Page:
Friday, July 28, 2017

Rotator cuff tear: physical exam predicts tear size and reparability!

Accuracy of infraspinatus isometric testing in predicting tear size and tendon reparability:comparison with imaging and arthroscopy

These authors examined the accuracy of external rotation in neutral (0° external position) and in shortened position (45° external position) in relation to rotator cuff tear size, tendon reparability, and other clinical, surgical, and imaging findings (magnetic resonance imaging and arthroscopic surgery).Eighty-five patients (35 female and 50 male, 65 years ±10 years) were found to have the following tear types: sixty patients (71%) had a minor tear (4 small, 56 moderate), and 25 patients
(29%) had a major tear (17 large and 8 massive). Seventy patients (82%) had a full repair, and 15 (18%) patients underwent a partial repair. There were 26 (31%) associated full-thickness tears of the infraspinatus.

The isometric strength testing in both positions had good to excellent accuracy for detecting reparability, tear retraction, infraspinatus atrophic changes observed by the clinician, and infraspinatus fatty infiltration on magnetic resonance images. The shortened position had an overall higher accuracy than the neutral position and was more clinically useful for detecting an infraspinatus fullthickness tear and rotator cuff tear size.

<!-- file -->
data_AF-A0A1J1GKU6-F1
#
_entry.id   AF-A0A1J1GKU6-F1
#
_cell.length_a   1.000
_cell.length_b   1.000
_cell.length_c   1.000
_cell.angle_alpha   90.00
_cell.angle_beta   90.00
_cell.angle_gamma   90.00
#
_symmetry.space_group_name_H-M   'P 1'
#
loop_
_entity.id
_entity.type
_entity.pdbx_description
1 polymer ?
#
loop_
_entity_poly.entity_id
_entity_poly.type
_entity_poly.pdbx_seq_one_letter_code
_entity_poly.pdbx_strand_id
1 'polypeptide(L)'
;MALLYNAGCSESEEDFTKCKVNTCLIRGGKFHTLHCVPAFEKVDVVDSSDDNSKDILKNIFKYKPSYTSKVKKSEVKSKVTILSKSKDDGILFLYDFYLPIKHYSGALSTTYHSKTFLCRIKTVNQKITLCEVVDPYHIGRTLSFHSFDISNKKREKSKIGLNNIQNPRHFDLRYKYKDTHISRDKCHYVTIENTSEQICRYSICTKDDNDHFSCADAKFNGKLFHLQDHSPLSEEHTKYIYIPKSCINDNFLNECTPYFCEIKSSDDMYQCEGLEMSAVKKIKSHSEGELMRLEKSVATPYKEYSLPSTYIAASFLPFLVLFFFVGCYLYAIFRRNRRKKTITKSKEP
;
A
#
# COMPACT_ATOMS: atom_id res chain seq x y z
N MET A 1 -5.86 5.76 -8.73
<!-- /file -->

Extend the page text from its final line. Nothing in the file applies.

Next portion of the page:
The authors concluded that the strength of isometric external rotation is an accurate test in diagnosing different aspects of rotator cuff disease and specifically of the infraspinatus muscle. The isometric strength at the shortened position was a better predictor of clinical, surgical, and imaging findings.

Comment: This study again highlights that a good history, physical examination and plain radiographs provide much of the information needed to guide treatment of cuff disease without resorting to more expensive advanced imaging. This cost-effective approach was presented decades ago in Practical Evaluation and Management of the Shoulder (see this link). Here is a chart from that book showing the approach that we used then and still use now

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